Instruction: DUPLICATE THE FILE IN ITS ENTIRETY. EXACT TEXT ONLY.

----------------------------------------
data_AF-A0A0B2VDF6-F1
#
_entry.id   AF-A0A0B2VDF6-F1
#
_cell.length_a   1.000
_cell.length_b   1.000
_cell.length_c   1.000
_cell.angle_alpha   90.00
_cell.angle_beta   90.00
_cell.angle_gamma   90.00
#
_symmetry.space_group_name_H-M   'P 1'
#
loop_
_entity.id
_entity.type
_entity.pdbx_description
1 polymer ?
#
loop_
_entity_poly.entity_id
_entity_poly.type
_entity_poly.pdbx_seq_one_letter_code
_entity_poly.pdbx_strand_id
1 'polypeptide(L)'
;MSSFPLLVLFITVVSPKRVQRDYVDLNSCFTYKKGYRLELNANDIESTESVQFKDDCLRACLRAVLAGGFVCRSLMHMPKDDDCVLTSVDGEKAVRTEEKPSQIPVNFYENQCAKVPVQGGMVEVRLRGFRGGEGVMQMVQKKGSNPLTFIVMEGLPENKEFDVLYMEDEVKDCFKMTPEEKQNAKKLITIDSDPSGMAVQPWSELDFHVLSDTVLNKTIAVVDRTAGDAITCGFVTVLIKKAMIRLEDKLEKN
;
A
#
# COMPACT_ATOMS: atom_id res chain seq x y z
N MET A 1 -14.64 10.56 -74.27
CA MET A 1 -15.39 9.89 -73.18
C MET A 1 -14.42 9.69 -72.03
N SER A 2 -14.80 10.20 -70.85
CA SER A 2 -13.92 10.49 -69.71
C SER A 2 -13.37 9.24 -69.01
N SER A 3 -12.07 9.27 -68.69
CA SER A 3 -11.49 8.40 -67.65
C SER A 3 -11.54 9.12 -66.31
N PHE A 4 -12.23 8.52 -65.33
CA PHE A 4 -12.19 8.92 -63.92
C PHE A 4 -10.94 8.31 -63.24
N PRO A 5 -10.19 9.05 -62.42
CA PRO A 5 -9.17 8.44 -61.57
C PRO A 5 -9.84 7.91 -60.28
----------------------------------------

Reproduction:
data_AF-A0A0B2VDF6-F1
#
_entry.id   AF-A0A0B2VDF6-F1
#
_cell.length_a   1.000
_cell.length_b   1.000
_cell.length_c   1.000
_cell.angle_alpha   90.00
_cell.angle_beta   90.00
_cell.angle_gamma   90.00
#
_symmetry.space_group_name_H-M   'P 1'
#
loop_
_entity.id
_entity.type
_entity.pdbx_description
1 polymer ?
#
loop_
_entity_poly.entity_id
_entity_poly.type
_entity_poly.pdbx_seq_one_letter_code
_entity_poly.pdbx_strand_id
1 'polypeptide(L)'
;MSSFPLLVLFITVVSPKRVQRDYVDLNSCFTYKKGYRLELNANDIESTESVQFKDDCLRACLRAVLAGGFVCRSLMHMPKDDDCVLTSVDGEKAVRTEEKPSQIPVNFYENQCAKVPVQGGMVEVRLRGFRGGEGVMQMVQKKGSNPLTFIVMEGLPENKEFDVLYMEDEVKDCFKMTPEEKQNAKKLITIDSDPSGMAVQPWSELDFHVLSDTVLNKTIAVVDRTAGDAITCGFVTVLIKKAMIRLEDKLEKN
;
A
#
# COMPACT_ATOMS: atom_id res chain seq x y z
N MET A 1 -14.64 10.56 -74.27
CA MET A 1 -15.39 9.89 -73.18
C MET A 1 -14.42 9.69 -72.03
N SER A 2 -14.80 10.20 -70.85
CA SER A 2 -13.92 10.49 -69.71
C SER A 2 -13.37 9.24 -69.01
N SER A 3 -12.07 9.27 -68.69
CA SER A 3 -11.49 8.40 -67.65
C SER A 3 -11.54 9.12 -66.31
N PHE A 4 -12.23 8.52 -65.33
CA PHE A 4 -12.19 8.92 -63.92
C PHE A 4 -10.94 8.31 -63.24
N PRO A 5 -10.19 9.05 -62.42
CA PRO A 5 -9.17 8.44 -61.57
C PRO A 5 -9.84 7.91 -60.28